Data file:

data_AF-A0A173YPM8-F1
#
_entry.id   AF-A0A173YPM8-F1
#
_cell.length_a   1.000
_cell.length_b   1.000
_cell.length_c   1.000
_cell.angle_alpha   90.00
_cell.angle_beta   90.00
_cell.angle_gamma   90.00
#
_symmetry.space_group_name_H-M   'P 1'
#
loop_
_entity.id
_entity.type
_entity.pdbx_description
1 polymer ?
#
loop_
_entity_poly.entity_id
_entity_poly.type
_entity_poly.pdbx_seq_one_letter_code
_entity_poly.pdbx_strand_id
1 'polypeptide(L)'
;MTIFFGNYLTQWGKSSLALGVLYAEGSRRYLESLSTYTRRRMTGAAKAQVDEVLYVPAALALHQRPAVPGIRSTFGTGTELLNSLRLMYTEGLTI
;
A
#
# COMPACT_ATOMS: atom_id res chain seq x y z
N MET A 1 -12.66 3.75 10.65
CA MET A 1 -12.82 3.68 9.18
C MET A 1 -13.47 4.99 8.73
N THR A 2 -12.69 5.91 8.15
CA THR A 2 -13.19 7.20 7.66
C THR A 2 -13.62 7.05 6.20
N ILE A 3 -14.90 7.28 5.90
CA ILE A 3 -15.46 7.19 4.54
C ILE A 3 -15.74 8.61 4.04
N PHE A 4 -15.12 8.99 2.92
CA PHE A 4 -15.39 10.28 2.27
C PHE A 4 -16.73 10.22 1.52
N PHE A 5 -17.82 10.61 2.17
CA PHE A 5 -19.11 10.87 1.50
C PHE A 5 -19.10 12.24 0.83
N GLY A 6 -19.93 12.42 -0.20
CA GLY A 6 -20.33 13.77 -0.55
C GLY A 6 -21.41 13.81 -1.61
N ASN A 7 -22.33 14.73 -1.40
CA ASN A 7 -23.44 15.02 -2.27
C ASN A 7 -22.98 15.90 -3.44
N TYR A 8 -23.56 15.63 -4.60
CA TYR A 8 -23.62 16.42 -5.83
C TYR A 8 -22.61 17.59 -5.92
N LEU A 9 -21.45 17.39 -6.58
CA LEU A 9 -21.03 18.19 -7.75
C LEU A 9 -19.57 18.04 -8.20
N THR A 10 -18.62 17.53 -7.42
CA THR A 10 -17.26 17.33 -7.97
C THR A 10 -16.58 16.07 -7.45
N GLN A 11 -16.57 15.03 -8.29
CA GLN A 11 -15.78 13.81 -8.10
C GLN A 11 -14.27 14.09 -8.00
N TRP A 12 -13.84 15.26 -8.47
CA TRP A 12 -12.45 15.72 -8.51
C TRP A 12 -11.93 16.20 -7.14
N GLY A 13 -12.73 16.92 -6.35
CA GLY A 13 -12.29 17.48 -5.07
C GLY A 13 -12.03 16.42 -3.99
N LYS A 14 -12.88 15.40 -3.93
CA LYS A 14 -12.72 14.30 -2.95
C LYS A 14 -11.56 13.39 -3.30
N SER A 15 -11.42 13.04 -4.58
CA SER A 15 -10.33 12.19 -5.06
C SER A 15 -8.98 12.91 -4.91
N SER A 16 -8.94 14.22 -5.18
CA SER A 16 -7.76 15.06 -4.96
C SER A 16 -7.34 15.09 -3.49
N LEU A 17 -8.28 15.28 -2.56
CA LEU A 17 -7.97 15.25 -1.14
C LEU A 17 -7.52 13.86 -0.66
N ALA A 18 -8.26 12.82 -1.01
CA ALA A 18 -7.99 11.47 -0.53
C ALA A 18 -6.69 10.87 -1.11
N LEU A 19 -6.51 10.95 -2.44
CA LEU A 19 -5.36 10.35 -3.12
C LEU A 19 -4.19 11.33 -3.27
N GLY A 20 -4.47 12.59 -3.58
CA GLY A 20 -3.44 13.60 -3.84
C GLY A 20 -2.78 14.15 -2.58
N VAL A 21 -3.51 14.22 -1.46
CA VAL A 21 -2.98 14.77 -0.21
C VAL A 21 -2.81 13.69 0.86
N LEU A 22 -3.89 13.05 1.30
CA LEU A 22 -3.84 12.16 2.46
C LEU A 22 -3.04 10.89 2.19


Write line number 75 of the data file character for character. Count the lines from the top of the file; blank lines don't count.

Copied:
C SER A 15 -8.98 12.91 -4.91